OLWG #142- Bedtime for Idogbe

This week’s prompts are at the bottom. The words below are about writing, written just for practice. Practice makes perfect.

Here’s how to play along, if you are unsure.



Idogbe brushed his fang and peed. Reluctantly, he shuffled his feet and moved down the hallway to his bedroom.

“Go on and get in bed, Idogbe,” his mother hollered from the kitchen, “Pick out a book and I’ll be right up there to read to you.”

Idogbe reached around the door jamb, clicked on the light, and studied his room, all clear. From the shelf, he pulled out his favourite book. It was about a worm that lived in a greengrocer’s shop. The worm had grown weary of eating regular vegetables and fruits. He wanted to add some variety to his diet. So when the greengrocer began stocking coconuts the little worm had to figure out a way to get inside so that he could eat it.

He looked in the closet and under the bed but he didn’t see anything scary so he crawled between the sheets, squeezed his eyes shut, and clutched the book tightly to his chest.

Mom came up just a few minutes later to read and tuck him in. She seemed to be crying. A tear was making its way from the big eye in the center of her forehead and sliding down past her nose.

“What’s wrong, Momma?” Idogbe asked.

“Nothing’s wrong, baby,” Momma said as she straightened the duvet. “I’ve just been chopping onions in the kitchen. What book did you pick out?”

Idogbe showed her the coconut book and she rolled her eye, “Again?” she exclaimed, “Can’t you pick out a different one. I’ve read this book every night for the past week. What do you say? Shall I get us a different one tonight?”

“OK, Momma. Can you get the one about the zoo? And can you check in the attic too?”

“Check the attic… whatever for?”

“I think that big, scary kid lives there. I know she lives somewhere over my bed. Maybe she’s on the roof. Could you check the roof too, Momma?”

“Idogbe, don’t be silly, there are no scary kids living over your bed. You have a big imagination for such a little monster.”


This week’s prompts are:

  1. that was the last anyone ever saw of him
  2. Simon doesn’t like you
  3. selling bibles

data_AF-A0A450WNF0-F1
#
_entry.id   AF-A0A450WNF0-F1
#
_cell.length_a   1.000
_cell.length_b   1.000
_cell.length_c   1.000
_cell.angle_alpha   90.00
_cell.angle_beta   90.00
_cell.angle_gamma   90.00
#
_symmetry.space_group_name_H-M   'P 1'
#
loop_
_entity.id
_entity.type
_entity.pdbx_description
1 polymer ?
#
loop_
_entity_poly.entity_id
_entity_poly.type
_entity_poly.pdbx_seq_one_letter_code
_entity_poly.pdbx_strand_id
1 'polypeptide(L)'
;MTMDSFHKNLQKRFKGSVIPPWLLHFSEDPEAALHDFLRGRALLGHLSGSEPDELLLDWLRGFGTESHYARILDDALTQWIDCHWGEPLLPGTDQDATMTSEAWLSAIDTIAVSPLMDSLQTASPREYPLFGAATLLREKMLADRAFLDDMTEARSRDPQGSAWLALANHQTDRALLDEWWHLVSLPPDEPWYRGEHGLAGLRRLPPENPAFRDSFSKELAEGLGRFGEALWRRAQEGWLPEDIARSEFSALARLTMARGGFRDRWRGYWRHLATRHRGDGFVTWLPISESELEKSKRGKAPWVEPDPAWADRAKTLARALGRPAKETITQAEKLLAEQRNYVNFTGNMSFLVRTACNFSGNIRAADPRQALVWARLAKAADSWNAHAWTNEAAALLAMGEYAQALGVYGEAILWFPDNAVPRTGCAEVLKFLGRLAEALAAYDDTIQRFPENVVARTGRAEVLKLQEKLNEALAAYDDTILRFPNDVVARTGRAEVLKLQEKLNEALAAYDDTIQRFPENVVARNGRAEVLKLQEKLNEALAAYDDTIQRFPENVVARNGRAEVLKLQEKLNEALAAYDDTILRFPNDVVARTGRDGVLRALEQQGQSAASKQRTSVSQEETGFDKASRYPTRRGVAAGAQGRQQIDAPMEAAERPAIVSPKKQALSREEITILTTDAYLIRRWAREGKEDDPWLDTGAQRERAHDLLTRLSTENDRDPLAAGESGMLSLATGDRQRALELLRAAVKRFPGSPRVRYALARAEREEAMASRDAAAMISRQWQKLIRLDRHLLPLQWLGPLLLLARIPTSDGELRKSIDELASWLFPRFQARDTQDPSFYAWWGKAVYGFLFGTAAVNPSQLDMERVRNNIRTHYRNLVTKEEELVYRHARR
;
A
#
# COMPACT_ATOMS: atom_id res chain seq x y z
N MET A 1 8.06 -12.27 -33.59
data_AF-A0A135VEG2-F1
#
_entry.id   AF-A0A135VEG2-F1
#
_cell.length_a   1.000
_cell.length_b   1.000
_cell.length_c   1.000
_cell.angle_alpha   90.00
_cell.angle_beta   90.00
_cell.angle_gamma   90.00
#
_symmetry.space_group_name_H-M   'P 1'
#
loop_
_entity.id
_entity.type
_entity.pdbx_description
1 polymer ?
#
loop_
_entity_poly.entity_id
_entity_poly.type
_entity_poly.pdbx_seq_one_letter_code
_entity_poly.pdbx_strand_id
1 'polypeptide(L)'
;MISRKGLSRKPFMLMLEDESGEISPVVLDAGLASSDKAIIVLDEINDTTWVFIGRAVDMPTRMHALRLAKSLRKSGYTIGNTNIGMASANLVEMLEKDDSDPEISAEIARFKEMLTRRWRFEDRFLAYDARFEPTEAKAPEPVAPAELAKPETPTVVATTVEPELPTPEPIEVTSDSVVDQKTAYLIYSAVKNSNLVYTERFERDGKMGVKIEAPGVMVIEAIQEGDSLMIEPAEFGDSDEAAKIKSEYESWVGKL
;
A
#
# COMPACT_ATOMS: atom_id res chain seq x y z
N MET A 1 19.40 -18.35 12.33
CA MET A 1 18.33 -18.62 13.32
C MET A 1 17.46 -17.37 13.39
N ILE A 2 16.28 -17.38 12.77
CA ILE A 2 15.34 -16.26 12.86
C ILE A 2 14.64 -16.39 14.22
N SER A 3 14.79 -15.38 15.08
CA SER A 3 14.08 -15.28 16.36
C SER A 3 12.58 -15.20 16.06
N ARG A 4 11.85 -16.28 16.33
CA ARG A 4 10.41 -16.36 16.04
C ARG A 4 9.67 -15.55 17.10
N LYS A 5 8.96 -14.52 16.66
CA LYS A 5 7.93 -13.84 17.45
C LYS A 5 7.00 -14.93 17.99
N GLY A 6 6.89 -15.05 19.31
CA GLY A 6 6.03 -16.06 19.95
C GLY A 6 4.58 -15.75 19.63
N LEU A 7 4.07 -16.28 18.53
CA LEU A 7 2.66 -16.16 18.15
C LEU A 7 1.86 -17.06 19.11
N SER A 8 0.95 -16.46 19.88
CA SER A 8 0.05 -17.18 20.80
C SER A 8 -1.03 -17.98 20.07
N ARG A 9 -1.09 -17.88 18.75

1. Go ahead and dive in, set your imagination free!

  2. Write something big, Write something small,
    Write something
    Ready, Set, Go – you have 25 minutes, but if that is not possible, take as long as you need and, have fun!

OLWG #141- ΥΦ

This week’s prompts are at the bottom. The words below are about writing, written just for practice. Practice makes perfect.

Here’s how to play along, if you are unsure.



Daniel Hornsnyder crept down the alley that ran between Hemlock Drive and Cedar Street. Juliet lived with her parents in the red brick-two story that stood mid-block on Cedar. Daniel wore a loose white shirt made from some sort of cotton with big baggy sleeves gathered at his wrists and his waist. His footwear were more like socks than the boots they were advertised as; and he wore tights. They were tights with a sewn in codpiece no less.

He wasn’t sure who it would be, but someone would be watching or perhaps even filming. The closer he got to Juliet’s the more he regretted this. It wasn’t supposed to be this hard. His father had been U-Phi and so had his father’s father. Daniel didn’t think he should have to go through this initiation.

When he found the house, he scaled the back fence and leapt gently to the lawn below. He prayed that there wasn’t a dog and he stood ready to run if there was.

When he wasn’t immediately attacked, Daniel looked around to get his bearings. He spotted the second floor balcony just where Tyler had told him it would be. Television lizard light illuminated the curtained sliding glass door that led into the house. That, Tyler had assured him, was Juliet’s bedroom.

He gathered all his wits about him and strode directly across the lawn where he took his place near the Manzanita Hedge growing below the balcony. He cleared his throat and spoke; loud, but not too loud.

“But, soft! What light through yonder window breaks?
It is the east, and Juliet is the sun.
Arise, fair sun, and kill the envious moon,
Who is already sick and pale with grief,
That thou her maid art far more fair than she:
Be not her maid, since she is envious;
Her vestal livery is but sick and green
And none but fools do wear it; cast it off.”

He waited, and after a moment he heard the glass door slide open, “Goddamn it, Junior! Is that you again? I told you to knock this shit off,” she paused then when she saw that Daniel was clearly not Junior. At least not the Junior she expected. “Who the hell are you?” she asked.

“I’m supposed to be Romeo.”

“Why, exactly, are you here Romeo?”

“Um, I’m here because I’m pledging Upsilon Phi, and because your name is Juliet.” Daniel answered.

“Well, damn…” Juliet muttered and Daniel could almost see the gear wheels turning in her head, “come on up then, boy. No wait, I’m coming down. Do you have a car? Do you have anything to drink?” She disappeared back inside the sliding door and turned off the TV. Her room went dark and seconds later the back door swung open. Juliet emerged on the patio holding a bottle of what appeared to be Vodka. She ran on her toes to Daniel, threw her arms around his neck and kissed him full on the mouth.

“Let’s go.” She said.


This week’s prompts are:

  1. throwing pennies
  2. when the dust clears
  3. watch me go

  1. Go ahead and dive in, set your imagination free!

  2. Write something big, Write something small,
    Write something
    Ready, Set, Go – you have 25 minutes, but if that is not possible, take as long as you need and, have fun!